Paying for care
If you live in a residential or nursing home or receive a service in your own home or at a day centre you may have to pay towards the cost.
- How much will I pay?
- Hospital and benefits
- A short stay in a Residential, Nursing Home or Supported Housing
- Living in a Residential or Nursing Home
- Making online payments
- What should I do if I think my contribution is wrong?
- What if I need more information?
You’ll need to have an assessment in order to determine whether you are eligible for support from the Council. The amount of money the council will pay for this is called a personal budget, which is either paid to you as a direct payment or the council arranges services for you which cost this amount. We will assess how much you would need to contribute to this. But to give you some idea:
Anyone with savings above £23,250 will pay the full cost of their care package. See our Paying for your own care page for more information. Your contribution towards the cost of services in the community is worked out using our Fairer Contributions Policy (PDF, 77KB)
- Anyone with savings between £13,000 and £23,250 will pay a contribution based on your savings.
- If your savings are below £13,000 these will not be taken into account.
- If you have a low income, for example, basic Pension Credit, Income Support or Employment And Support Allowance, you will not normally have to pay anything from this; and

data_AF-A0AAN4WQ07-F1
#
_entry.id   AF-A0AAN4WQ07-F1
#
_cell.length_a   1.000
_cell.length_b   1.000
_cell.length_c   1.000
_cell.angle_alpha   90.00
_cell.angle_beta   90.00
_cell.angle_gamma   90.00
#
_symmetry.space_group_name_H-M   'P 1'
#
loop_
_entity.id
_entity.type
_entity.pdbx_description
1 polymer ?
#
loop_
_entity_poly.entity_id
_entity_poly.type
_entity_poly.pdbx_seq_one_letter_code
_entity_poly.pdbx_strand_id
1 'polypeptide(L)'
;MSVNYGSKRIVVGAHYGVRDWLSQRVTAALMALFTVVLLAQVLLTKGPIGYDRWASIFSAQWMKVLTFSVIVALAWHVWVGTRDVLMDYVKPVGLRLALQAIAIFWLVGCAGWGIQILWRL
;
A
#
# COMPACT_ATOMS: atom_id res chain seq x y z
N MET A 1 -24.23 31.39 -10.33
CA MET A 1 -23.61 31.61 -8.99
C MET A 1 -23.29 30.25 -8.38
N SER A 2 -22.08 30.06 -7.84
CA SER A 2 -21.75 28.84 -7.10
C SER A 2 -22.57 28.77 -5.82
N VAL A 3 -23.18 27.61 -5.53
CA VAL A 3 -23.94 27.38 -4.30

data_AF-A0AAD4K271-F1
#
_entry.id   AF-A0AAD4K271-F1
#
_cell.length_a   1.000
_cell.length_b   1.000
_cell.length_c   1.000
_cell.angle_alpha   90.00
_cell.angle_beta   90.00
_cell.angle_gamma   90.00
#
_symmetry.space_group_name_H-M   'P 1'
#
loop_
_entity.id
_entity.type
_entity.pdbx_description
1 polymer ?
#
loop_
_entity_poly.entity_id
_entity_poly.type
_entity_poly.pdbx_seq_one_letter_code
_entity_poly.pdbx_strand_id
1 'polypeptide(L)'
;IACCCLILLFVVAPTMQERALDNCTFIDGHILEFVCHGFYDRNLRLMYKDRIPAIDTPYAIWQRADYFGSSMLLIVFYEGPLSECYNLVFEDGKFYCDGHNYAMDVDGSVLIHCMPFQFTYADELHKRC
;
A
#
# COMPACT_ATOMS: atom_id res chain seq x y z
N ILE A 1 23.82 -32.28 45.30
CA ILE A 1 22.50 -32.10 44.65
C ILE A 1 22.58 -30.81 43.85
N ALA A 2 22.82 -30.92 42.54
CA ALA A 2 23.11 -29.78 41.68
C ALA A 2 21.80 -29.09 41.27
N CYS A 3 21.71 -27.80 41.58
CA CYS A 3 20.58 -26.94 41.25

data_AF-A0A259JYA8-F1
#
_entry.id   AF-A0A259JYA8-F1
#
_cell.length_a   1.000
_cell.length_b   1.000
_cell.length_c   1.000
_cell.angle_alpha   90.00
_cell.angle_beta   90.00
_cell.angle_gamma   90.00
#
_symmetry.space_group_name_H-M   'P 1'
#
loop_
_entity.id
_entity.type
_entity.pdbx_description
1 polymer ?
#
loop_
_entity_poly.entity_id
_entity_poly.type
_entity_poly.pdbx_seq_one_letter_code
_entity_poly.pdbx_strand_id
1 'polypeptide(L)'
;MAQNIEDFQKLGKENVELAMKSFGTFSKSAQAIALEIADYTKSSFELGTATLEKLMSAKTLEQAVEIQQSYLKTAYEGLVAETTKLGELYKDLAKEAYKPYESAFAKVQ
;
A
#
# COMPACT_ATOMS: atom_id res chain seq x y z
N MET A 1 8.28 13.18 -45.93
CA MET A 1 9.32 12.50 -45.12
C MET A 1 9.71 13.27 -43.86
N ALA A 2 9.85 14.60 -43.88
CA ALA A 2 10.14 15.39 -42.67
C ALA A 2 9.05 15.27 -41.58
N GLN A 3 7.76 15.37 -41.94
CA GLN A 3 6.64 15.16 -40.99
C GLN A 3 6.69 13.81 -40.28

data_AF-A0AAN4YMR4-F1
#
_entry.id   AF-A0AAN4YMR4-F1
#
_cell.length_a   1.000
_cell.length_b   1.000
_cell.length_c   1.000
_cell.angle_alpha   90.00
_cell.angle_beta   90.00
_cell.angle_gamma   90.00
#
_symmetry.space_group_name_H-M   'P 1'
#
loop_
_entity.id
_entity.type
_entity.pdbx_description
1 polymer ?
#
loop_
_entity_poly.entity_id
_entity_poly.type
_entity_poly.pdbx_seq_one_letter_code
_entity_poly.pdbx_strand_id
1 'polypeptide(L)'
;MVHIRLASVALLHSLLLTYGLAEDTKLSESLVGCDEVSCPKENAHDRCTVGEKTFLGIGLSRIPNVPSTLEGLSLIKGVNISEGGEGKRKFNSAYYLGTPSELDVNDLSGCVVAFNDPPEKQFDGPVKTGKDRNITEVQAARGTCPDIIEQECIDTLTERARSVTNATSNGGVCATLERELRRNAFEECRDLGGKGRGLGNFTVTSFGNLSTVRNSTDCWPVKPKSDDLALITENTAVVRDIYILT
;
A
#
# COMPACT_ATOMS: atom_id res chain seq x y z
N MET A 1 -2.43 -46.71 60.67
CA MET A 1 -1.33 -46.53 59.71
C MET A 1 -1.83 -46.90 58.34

- If you receive Attendance Allowance or Disability Living Allowance you may have to pay up to £55 per week. If you have a private pension or other income you may have to pay more than this.
- We disregard 65 percent of Attendance Allowance, Disability Living Allowance or Personal Independence Payment to take into account extra expenditure related to age and disability. If you think your expenditure is above this level, you can claim for extra expenses.
Further Guidance can be obtained from the Department of Health (external link).
If you are going into hospital you should immediately notify the Department for Work and Pensions (external link) and the council office that deals with your claims for Housing and Council Tax benefit. This is important to avoid overpayments as your benefit entitlement may have to be reassessed to take account of your hospital stay.
Up to six weeks of reablement is free of charge.
A short stay is often called respite care. Your contribution towards the cost of this service is worked out using our Fairer Contributions Policy (PDF, 77KB). If you receive other services in the community you will only pay one contribution.
Your contribution towards the cost of living in a residential or nursing home is worked out using The Care and Support (Charging and Assessment of Resources) Regulations
The amount you pay will take into account your pensions and welfare benefits. If you receive basic Pension Credit or Employment and Support Allowance you will normally pay the following minimum amount per week:
|Your Age||Weekly Contribution|
If you have a private pension or other income you may have to pay more than this. You are entitled to give half of your private pension to your partner unless you both live in the same residential or nursing home.